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Chapter 2

MGTA01H3 Chapter Notes - Chapter 2: William Baumol, Business Process, Total Quality Management


Department
Management (MGT)
Course Code
MGTA01H3
Professor
Chris Bovaird
Chapter
2

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Productivity: a measure of efficiency that compares how much is produced with the
resources used to produce it (the more we are able to produce which using fewer
resources, the more productivity grows and everyone—the economy, businesses and
workers)
-productivity considers both the amounts and the quality of what is produced
Quality: a product's fitness for use in terms of offering the features that consumers want
Most countries use labour productivity to measure their level or productivity:
labor productivity of a country= GDP/ total number of workers
Productivity=output/input
oA decline in productivity shrinks a nation's total wealth. When that happens, an increase
in one person's wealth comes only at the expense of others with whom he/she shares an
economic system. For example, additional wealth from higher productivity can be shared
among workers (as higher wages), investors (as higher profits), and customers (as
stable prices). When productivity drops however, wages can be increased only by
reducing profits (penalizing investors) or by increasing prices (penalizing customers)
oManufacturing productivity is higher than service productivity. For many years, it was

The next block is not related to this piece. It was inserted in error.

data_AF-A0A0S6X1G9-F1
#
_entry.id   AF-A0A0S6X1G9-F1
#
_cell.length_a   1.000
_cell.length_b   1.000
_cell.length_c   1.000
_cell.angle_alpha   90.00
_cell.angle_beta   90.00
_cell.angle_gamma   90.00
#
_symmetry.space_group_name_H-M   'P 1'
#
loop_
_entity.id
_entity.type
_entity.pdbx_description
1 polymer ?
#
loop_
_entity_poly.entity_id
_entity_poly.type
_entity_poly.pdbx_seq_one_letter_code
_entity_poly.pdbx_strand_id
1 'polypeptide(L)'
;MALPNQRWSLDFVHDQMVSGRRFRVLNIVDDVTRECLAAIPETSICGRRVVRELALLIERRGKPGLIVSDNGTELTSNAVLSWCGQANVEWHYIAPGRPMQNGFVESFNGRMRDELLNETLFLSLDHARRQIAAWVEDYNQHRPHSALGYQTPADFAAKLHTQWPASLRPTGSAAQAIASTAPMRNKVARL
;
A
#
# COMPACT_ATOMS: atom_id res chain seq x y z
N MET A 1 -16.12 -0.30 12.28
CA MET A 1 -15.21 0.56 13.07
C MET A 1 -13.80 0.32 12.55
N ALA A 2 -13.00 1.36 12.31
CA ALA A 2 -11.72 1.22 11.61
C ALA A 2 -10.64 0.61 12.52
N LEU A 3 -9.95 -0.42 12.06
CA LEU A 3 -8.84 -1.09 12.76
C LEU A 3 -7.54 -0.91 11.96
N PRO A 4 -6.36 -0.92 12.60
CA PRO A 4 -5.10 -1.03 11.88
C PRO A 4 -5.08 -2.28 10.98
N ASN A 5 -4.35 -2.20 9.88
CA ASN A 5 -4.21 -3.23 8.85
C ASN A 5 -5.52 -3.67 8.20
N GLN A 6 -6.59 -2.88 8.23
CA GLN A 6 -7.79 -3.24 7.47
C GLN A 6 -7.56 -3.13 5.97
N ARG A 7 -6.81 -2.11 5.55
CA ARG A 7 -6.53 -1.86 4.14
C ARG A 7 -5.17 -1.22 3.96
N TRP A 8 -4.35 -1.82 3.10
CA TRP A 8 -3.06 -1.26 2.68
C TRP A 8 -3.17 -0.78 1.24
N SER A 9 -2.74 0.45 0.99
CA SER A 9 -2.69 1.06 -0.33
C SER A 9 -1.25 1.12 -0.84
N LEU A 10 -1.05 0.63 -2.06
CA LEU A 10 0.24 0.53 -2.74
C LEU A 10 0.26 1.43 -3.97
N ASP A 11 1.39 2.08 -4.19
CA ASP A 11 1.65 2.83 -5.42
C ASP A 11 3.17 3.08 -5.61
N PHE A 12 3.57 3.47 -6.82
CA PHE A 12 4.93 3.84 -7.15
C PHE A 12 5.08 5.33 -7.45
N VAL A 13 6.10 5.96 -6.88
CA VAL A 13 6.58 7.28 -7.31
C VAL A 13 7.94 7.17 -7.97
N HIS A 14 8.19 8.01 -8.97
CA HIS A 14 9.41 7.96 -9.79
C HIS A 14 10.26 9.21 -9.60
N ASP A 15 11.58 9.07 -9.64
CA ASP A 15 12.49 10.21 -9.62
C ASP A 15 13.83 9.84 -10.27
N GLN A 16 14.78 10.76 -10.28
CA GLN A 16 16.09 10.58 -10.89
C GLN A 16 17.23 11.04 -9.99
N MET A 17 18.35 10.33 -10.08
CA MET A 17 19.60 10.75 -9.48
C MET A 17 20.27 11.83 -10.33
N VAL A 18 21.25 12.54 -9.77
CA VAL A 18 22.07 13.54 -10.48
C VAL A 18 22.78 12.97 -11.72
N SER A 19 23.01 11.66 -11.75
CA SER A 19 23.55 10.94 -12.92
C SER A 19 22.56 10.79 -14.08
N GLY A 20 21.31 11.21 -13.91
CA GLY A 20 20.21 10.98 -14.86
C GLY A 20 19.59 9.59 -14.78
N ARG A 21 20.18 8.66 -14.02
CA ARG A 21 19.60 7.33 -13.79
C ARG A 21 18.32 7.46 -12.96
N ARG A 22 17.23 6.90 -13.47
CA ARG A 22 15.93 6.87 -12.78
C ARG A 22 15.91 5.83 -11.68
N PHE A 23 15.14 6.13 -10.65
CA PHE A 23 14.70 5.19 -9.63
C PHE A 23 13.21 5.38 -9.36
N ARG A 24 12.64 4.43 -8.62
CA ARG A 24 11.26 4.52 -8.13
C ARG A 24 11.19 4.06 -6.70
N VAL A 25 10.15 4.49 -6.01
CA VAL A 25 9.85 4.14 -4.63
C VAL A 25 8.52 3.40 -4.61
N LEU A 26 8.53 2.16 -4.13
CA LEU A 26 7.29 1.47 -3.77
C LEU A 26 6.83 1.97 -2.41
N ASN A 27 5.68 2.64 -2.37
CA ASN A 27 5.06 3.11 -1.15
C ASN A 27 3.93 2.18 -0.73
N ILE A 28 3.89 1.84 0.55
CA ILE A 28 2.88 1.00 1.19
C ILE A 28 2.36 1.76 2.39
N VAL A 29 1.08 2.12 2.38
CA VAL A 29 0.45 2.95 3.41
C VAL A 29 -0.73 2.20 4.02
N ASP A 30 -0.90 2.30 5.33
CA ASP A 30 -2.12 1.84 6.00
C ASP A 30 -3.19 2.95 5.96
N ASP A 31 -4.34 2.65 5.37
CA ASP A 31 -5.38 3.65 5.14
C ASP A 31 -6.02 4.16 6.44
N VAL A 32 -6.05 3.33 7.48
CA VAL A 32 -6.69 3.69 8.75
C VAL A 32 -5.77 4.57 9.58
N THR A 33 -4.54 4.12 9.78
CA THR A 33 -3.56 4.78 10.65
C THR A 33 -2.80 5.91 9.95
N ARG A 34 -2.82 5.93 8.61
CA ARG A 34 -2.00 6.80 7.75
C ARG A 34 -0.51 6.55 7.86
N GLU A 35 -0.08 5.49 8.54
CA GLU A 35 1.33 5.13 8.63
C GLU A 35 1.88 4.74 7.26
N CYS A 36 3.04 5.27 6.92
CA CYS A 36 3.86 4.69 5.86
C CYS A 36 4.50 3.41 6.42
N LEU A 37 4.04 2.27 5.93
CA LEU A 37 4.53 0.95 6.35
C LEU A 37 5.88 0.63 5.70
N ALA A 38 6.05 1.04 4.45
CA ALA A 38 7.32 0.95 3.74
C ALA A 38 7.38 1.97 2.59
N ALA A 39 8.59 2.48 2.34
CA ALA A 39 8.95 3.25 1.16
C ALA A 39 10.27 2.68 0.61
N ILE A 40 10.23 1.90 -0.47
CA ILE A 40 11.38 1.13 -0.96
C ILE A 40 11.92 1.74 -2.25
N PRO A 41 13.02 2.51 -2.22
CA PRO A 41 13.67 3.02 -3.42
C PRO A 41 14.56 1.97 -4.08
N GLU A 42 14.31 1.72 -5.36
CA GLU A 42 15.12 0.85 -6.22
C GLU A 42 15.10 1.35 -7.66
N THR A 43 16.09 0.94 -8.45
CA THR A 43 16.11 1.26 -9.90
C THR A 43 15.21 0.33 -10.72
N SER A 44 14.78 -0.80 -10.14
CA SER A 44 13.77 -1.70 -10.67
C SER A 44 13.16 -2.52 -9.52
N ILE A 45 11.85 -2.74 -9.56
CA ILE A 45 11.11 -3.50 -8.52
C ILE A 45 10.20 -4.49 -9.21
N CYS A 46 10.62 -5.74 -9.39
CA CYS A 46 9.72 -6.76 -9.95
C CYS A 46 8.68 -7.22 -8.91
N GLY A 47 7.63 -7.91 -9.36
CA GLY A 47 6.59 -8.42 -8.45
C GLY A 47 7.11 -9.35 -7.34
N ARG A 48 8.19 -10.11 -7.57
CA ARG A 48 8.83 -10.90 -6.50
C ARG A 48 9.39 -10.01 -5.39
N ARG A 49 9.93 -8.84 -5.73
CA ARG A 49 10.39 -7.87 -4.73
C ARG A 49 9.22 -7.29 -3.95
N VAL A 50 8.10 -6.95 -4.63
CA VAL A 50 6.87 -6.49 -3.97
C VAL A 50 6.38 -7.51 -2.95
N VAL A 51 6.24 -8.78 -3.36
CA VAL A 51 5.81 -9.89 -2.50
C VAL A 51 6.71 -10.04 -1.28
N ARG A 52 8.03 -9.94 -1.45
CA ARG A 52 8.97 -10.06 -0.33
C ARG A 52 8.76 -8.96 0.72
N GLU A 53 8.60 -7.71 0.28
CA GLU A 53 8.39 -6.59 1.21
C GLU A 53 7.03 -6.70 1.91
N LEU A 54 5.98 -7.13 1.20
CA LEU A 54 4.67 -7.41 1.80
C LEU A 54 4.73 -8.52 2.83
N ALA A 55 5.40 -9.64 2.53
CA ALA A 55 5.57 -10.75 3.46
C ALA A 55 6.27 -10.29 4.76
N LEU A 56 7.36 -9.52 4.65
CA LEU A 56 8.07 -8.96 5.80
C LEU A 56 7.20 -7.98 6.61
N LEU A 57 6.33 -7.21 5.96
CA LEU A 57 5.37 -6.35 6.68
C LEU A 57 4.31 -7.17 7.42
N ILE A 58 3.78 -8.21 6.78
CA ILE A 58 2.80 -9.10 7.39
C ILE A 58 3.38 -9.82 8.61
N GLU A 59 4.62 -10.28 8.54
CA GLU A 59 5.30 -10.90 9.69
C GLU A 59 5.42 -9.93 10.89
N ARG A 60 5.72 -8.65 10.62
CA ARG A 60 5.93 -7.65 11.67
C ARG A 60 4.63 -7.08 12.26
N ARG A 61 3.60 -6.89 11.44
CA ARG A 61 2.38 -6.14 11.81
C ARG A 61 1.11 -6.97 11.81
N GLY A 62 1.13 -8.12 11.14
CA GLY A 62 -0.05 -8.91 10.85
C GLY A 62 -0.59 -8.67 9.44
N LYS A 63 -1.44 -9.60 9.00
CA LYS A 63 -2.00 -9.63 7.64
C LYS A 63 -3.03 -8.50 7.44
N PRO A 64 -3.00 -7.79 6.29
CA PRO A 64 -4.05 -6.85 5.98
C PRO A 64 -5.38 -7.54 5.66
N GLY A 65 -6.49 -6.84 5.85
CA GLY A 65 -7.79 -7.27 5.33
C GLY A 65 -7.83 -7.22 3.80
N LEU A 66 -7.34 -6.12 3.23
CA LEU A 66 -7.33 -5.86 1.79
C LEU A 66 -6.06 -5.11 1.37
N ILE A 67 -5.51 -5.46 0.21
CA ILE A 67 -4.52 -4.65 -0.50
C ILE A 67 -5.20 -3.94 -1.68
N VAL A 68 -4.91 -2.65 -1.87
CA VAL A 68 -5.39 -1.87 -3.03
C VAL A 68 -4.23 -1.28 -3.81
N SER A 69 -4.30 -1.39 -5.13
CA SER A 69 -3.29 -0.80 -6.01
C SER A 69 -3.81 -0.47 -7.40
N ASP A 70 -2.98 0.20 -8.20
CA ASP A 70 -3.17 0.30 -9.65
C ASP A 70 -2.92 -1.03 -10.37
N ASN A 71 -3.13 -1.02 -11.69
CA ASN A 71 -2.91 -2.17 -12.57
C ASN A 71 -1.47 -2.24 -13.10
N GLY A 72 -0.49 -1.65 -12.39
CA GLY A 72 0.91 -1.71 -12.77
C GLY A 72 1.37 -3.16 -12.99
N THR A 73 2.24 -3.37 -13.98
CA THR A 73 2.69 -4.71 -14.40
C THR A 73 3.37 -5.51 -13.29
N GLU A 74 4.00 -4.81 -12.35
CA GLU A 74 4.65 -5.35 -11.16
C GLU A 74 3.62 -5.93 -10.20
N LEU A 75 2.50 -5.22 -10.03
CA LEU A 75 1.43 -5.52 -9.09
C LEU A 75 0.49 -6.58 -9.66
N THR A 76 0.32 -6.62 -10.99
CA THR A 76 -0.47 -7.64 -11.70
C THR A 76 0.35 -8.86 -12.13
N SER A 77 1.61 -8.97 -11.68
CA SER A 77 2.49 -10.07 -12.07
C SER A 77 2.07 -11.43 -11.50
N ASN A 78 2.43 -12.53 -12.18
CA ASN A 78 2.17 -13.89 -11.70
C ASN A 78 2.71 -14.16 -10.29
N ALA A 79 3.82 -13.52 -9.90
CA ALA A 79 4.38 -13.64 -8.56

widely believed that the service sector suffered from "Baumol's disease," named after
economist William Baumol who argued that since the service sector focussed more on
hands-on activity that machines couldn't replace, it would be more difficult to increase
productivity in services
oThe productivity of specific industries concerns many people for different reasons.
Labour unions need to take it into account in negotiating contracts, since highly
productive industries can give raises more easily than can less productive industries.
Investors and suppliers consider industry productivity when making loans, buying
securities, and planning their own future production
oHigh productivity gives a company a competitive edge because its costs are lower. As a
result, it can offer its product at a lower price ( and gain more customers), or it can make
a greater profit on each item sold. Increase productivity also allows companies to pay
workers higher wages without raising prices.
-the productivity of individual companies is also important to investors, workers,
managers. Comparing the productivity of several companies in the same industry helps
investors in buying and selling stocks. Employee profit-sharing plans are often based on
the company's productivity improvements each year. And managers use information
about productivity trends to plan for new products, factories, and funds to stay
competitive in the years ahead.
oIt is no longer enough for businesses to simply measure productivity in terms of the
number of items produced. They must also take quality into account
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